Thus far, we have surveyed the work of moral theorists to solve the breaking bad problem, i.e. to figure out what the moral status of an illicit promise is. What if we were to take a different approach, however, one informed by the common law? It turns out the common law has developed quite a sophisticated and nuanced body of principles and doctrines in response to a wide variety of ethical dilemmas and moral puzzles that have occupied the attention of so many moral theorists. Simply put, whether we are in the realm of promises, or in the realm of intentional harms like fraud or deceit, or in the realm of justification, such as the classic defenses of necessity and excuse, one cannot help but notice a significant overlap between moral philosophy and the common law. To put it in colloquial terms, perhaps moral philosophers could learn a thing or two from the common law.
With this broad overlap in mind, let us return to our particular puzzle regarding the moral status of “bad” or illicit promises. Specifically, how could the common law inform our analysis of the breaking bad problem? One possibility is to draw a distinction between void and voidable illicit promises. Generally speaking, a voidable contract can be enforced at the option of one of the parties. Contracts tainted by mistake, duress, or even fraud, for example, are voidable at the option of the innocent party. A void contract, by contrast, does not produce any legal effects. Either way, the key to this distinction is the location of the harm caused by an illicit promise. Where does the harm fall? Consider the law of illegal bargains. Common law courts have developed a sophisticated body of legal principles and judicial doctrines in this area. In brief, courts have generally classified illicit agreements into two broad categories: (i) those that are immoral or mala in se, and (ii) those that are merely illegal or mala prohibita. A promise involving some form of moral turpitude is malum in se and is void, while a promise in violation of a commercial statute or an economic regulation is merely malum prohibitum and is usually treated as “voidable” by the innocent party.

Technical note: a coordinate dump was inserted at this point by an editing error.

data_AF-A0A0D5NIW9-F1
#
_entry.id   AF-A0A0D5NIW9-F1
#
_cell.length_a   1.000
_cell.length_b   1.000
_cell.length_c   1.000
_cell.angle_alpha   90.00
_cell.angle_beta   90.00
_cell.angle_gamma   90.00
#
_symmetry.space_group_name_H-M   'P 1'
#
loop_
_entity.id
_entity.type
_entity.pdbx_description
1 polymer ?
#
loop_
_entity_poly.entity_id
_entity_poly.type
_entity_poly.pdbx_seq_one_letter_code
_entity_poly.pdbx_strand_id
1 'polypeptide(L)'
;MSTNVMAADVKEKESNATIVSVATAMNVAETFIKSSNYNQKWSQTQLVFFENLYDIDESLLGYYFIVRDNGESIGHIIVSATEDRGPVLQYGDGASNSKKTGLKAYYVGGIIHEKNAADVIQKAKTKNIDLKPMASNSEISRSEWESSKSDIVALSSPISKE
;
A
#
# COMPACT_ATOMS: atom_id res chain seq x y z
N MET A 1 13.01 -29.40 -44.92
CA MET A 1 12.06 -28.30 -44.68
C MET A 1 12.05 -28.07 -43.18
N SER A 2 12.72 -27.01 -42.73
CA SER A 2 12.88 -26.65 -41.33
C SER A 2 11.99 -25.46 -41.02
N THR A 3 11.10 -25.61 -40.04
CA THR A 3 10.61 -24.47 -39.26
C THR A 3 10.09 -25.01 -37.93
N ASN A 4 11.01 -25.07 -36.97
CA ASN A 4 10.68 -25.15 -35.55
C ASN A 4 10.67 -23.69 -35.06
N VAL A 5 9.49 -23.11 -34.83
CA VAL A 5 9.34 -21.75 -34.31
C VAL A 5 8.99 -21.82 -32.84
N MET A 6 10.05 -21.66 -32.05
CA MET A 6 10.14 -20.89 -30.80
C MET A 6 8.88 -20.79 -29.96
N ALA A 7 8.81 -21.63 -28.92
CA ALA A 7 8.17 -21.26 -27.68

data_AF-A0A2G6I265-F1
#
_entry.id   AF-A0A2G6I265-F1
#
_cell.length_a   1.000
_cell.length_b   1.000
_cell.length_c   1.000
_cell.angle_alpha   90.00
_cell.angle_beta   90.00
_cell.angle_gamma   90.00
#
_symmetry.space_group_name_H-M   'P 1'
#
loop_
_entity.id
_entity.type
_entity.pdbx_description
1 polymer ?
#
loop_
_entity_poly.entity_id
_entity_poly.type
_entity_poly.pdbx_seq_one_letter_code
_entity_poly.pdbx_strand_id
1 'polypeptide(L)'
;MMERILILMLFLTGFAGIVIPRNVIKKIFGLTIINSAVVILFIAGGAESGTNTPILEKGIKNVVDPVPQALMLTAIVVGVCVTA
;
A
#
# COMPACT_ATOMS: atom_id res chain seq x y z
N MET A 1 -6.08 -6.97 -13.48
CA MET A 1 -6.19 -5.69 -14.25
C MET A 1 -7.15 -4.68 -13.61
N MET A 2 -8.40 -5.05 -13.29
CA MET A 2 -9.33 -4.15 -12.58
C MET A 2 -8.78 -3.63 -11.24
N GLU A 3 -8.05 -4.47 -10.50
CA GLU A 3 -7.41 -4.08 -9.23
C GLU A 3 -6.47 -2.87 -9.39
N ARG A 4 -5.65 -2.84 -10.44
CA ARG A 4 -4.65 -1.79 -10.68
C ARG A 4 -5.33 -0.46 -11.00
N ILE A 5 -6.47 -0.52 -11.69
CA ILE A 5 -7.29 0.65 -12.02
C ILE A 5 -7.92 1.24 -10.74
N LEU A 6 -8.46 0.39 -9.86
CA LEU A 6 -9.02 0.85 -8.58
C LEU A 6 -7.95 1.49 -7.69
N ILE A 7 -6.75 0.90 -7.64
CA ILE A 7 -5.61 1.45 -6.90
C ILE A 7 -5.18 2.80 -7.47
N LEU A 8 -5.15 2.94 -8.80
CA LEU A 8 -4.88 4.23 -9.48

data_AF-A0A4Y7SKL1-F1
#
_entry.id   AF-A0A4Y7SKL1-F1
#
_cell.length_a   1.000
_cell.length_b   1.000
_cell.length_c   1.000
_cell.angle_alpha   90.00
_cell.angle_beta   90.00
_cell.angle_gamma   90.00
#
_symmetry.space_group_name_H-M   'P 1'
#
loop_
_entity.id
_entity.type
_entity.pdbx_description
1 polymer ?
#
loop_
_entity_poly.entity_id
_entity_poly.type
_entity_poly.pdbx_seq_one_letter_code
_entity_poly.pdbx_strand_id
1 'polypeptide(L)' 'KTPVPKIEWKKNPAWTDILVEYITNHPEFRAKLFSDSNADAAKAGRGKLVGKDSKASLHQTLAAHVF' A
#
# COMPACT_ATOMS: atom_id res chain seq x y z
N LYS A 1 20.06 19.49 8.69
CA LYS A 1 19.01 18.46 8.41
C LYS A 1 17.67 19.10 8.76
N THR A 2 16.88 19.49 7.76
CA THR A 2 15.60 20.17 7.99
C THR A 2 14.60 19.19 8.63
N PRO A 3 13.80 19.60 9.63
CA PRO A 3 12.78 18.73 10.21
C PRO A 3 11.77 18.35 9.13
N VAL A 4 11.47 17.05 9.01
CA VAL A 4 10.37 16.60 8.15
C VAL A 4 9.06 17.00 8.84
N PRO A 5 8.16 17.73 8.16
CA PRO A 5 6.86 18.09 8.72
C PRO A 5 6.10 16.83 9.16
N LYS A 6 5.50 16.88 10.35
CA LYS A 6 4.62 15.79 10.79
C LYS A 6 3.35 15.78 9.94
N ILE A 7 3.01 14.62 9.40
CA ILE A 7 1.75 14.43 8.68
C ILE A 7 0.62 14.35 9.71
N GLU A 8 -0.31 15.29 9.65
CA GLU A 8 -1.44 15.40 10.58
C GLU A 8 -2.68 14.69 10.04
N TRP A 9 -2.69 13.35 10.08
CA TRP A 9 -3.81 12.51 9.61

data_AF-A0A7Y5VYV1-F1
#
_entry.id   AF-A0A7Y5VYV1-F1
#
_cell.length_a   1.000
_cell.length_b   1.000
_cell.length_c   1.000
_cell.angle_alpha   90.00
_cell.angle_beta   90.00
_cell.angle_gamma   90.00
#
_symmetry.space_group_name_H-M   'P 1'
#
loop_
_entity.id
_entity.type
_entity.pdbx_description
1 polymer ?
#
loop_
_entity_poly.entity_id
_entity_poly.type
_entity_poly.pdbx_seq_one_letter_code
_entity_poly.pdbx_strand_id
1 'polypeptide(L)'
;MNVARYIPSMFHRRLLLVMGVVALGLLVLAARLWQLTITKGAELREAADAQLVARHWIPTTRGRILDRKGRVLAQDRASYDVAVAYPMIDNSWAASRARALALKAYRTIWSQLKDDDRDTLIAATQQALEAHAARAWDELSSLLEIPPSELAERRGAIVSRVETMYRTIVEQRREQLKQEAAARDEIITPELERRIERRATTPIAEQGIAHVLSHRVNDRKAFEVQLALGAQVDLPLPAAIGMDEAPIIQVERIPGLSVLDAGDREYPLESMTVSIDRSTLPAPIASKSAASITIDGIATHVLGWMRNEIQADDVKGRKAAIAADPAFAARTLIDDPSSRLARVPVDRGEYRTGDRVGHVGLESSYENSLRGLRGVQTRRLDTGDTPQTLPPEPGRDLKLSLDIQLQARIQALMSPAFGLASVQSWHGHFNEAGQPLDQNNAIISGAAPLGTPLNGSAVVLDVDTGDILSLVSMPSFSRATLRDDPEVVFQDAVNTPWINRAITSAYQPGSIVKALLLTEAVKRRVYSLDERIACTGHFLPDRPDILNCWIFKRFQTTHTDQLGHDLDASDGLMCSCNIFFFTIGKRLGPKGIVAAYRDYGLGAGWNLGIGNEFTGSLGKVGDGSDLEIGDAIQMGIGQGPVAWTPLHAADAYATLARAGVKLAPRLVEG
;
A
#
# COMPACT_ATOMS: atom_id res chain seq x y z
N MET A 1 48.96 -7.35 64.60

With this common law background in mind, we could thus picture a continuum in which non-morally objectionable promises occupy one end of the moral spectrum, totally immoral or mala in se promises fall on the other end of the moral spectrum, and so-called “voidable” promises fall somewhere in the middle of the spectrum. In other words, just as the common law recognizes different degrees of contract validity by distinguishing between void and voidable illegal bargains, we could similarly allow for different degrees of promissory duties depending on the type of harm caused. Alternatively, we could ask a different question. Instead of trying to quantify the level of harm, we could ask about the location of the harm: who is harmed when an illicit promise is made? On this view, “bad” or illicit promises would fall into one of four general categories: (i) promises that harm the promisor, i.e. the person making the promise; (ii) promises that harm the promisee, i.e. the person receiving the promise; (iii) promises that harm both the promisee and the promissor; and (iv) and promises that harm a third party. The point of this fourfold classification scheme is to help us distinguish between void and voidable illicit promises
Notice that my common law approach to illicit promises does not ask us to quantify the amount of harm to be caused or estimate the probability that the harm will even occur; instead, it only asks us to determine where (on whom) the harm of an illicit promise will fall. We could thus formulate this framework in the form of a question: when someone makes an illicit promise, whom does the promise harm? Here, then, is my common law solution to the breaking bad problem. Promises in which the harm is external, such as any promise to harm a third party, must be considered void ab initio, i.e. promises with no moral standing or moral force. At the same time, promises in which the harm is internal are voidable, i.e. promises in which no third party is harmed but either the promisor or the promisee or both will be harmed. In these cases of purely internal harm, the party to be harmed could exercise a “moral veto” over the illicit promise. In other words, the moral status of the voidable promise should depend on the wishes of the party to be harmed. I will apply this solution to some examples of illicit promises in my next few posts.